As sophomores, students in the course who passed Carson’s exam—which in this case was all students—will still rejoin the program in the Fall and take the exam in-person to comply with American Registry of Radiologic Technologists standards and requirements, but they continue to move forward in their courses and are not a term behind due to the unforeseen COVID-19 circumstances.

Watching Carson’s exam, one thing becomes readily apparent: there is limited to no physical contact between the patient and TAs. While all instructions are provided verbally by the student technologist, the future radiologic technologists are quickly learning how important verbal instructions are and how to clearly communicate with patients. McCollam also discovered this during her courses and plans to integrate additional training on verbal instructions into her future classes. She shared, “I found that when the students took the time to organize their thoughts and find the right technical terms to describe the steps to the procedure, they had a much greater understanding of how to correct problems when they occurred. In the future, I will incorporate more verbal description training along with physical positioning.”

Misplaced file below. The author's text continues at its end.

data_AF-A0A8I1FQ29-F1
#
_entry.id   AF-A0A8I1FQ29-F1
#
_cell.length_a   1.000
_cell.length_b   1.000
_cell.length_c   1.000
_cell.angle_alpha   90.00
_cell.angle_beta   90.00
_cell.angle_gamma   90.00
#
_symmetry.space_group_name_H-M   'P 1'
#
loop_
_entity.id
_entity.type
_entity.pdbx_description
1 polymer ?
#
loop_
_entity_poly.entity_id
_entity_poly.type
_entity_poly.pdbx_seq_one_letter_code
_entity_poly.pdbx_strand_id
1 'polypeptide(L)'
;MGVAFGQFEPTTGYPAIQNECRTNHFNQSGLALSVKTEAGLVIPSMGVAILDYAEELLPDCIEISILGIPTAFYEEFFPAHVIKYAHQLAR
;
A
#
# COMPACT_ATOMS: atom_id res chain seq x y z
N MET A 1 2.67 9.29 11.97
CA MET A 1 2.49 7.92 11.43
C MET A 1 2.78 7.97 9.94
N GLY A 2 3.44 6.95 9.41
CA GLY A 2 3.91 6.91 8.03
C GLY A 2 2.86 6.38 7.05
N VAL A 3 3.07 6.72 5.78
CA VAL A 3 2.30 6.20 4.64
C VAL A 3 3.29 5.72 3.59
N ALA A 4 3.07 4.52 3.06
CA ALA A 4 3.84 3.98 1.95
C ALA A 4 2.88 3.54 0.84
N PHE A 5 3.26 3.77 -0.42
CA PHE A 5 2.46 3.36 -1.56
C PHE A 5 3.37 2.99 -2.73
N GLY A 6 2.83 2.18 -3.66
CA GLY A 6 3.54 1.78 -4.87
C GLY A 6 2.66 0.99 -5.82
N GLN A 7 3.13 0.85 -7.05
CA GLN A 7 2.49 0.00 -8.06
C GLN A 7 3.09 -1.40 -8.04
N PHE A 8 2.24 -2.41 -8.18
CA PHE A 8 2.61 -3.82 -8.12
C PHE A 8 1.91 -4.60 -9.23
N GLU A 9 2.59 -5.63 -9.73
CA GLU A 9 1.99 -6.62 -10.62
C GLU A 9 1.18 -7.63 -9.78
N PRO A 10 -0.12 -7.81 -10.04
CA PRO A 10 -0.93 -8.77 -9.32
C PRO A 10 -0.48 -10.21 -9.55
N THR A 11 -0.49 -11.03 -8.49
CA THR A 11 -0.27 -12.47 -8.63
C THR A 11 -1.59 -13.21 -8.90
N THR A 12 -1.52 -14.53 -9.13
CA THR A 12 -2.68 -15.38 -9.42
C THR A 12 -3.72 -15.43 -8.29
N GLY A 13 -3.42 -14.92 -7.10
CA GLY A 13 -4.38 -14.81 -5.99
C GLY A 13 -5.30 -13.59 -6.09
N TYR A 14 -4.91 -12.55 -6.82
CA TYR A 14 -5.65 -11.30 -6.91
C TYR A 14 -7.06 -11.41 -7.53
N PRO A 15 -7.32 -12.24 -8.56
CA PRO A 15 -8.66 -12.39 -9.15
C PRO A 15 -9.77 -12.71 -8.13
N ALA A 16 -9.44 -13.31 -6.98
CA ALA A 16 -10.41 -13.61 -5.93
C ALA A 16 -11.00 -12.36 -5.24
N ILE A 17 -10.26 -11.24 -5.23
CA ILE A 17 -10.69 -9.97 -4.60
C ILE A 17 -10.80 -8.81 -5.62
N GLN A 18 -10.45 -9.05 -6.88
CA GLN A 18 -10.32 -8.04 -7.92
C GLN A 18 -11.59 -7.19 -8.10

Carson plans to keep the virtual system in place for future use, integrating it into his courses and he has also had discussions about the possibilities the system presents. “With this system or one like it, it could be integrated into a portable X-ray system that could have applications for developing nations,” said Carson. “I’m looking forward to bringing this system into courses in the future. I cannot thank ITS and Scotty enough for their help with this system and for ensuring that students in my program did not fall behind in their coursework.”

McCollam agrees that the camera system proved to be a very effective method of teaching. “Our motto has always been, ‘see one, do one, teach one,’” she shared. “The cameras allowed for that during a very critical time. Students were able to watch me do a procedure in a video recording, practice in their homes with whatever they had to work with, and solidify their knowledge by teaching me, as the technologist, in how to properly perform a Mammogram and a Quality Control procedure. I was thoroughly impressed with the results.”